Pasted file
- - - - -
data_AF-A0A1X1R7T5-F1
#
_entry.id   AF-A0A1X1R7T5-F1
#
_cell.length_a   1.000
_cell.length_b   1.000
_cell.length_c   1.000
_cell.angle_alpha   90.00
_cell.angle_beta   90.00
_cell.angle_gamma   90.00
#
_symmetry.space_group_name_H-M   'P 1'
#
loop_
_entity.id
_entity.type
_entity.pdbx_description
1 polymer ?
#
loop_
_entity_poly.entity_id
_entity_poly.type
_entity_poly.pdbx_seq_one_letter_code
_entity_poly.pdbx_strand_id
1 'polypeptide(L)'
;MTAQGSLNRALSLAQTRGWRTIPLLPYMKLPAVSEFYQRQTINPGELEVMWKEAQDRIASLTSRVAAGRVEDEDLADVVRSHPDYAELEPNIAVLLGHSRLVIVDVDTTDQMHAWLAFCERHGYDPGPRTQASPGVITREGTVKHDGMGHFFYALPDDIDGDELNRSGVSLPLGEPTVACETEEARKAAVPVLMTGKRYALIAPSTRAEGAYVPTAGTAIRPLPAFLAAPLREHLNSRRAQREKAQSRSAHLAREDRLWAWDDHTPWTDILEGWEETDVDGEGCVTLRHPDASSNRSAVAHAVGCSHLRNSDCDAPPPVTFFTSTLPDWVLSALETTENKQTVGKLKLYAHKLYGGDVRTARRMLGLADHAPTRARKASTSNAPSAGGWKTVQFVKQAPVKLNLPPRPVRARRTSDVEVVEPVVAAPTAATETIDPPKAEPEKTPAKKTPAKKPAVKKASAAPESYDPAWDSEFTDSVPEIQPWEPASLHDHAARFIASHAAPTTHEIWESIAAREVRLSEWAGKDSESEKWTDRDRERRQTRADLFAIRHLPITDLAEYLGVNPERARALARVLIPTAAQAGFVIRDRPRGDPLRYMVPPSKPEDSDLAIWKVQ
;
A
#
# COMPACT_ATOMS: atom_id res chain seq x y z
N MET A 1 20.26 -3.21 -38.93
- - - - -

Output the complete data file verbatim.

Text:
data_AF-A0A1X1R7T5-F1
#
_entry.id   AF-A0A1X1R7T5-F1
#
_cell.length_a   1.000
_cell.length_b   1.000
_cell.length_c   1.000
_cell.angle_alpha   90.00
_cell.angle_beta   90.00
_cell.angle_gamma   90.00
#
_symmetry.space_group_name_H-M   'P 1'
#
loop_
_entity.id
_entity.type
_entity.pdbx_description
1 polymer ?
#
loop_
_entity_poly.entity_id
_entity_poly.type
_entity_poly.pdbx_seq_one_letter_code
_entity_poly.pdbx_strand_id
1 'polypeptide(L)'
;MTAQGSLNRALSLAQTRGWRTIPLLPYMKLPAVSEFYQRQTINPGELEVMWKEAQDRIASLTSRVAAGRVEDEDLADVVRSHPDYAELEPNIAVLLGHSRLVIVDVDTTDQMHAWLAFCERHGYDPGPRTQASPGVITREGTVKHDGMGHFFYALPDDIDGDELNRSGVSLPLGEPTVACETEEARKAAVPVLMTGKRYALIAPSTRAEGAYVPTAGTAIRPLPAFLAAPLREHLNSRRAQREKAQSRSAHLAREDRLWAWDDHTPWTDILEGWEETDVDGEGCVTLRHPDASSNRSAVAHAVGCSHLRNSDCDAPPPVTFFTSTLPDWVLSALETTENKQTVGKLKLYAHKLYGGDVRTARRMLGLADHAPTRARKASTSNAPSAGGWKTVQFVKQAPVKLNLPPRPVRARRTSDVEVVEPVVAAPTAATETIDPPKAEPEKTPAKKTPAKKPAVKKASAAPESYDPAWDSEFTDSVPEIQPWEPASLHDHAARFIASHAAPTTHEIWESIAAREVRLSEWAGKDSESEKWTDRDRERRQTRADLFAIRHLPITDLAEYLGVNPERARALARVLIPTAAQAGFVIRDRPRGDPLRYMVPPSKPEDSDLAIWKVQ
;
A
#
# COMPACT_ATOMS: atom_id res chain seq x y z
N MET A 1 20.26 -3.21 -38.93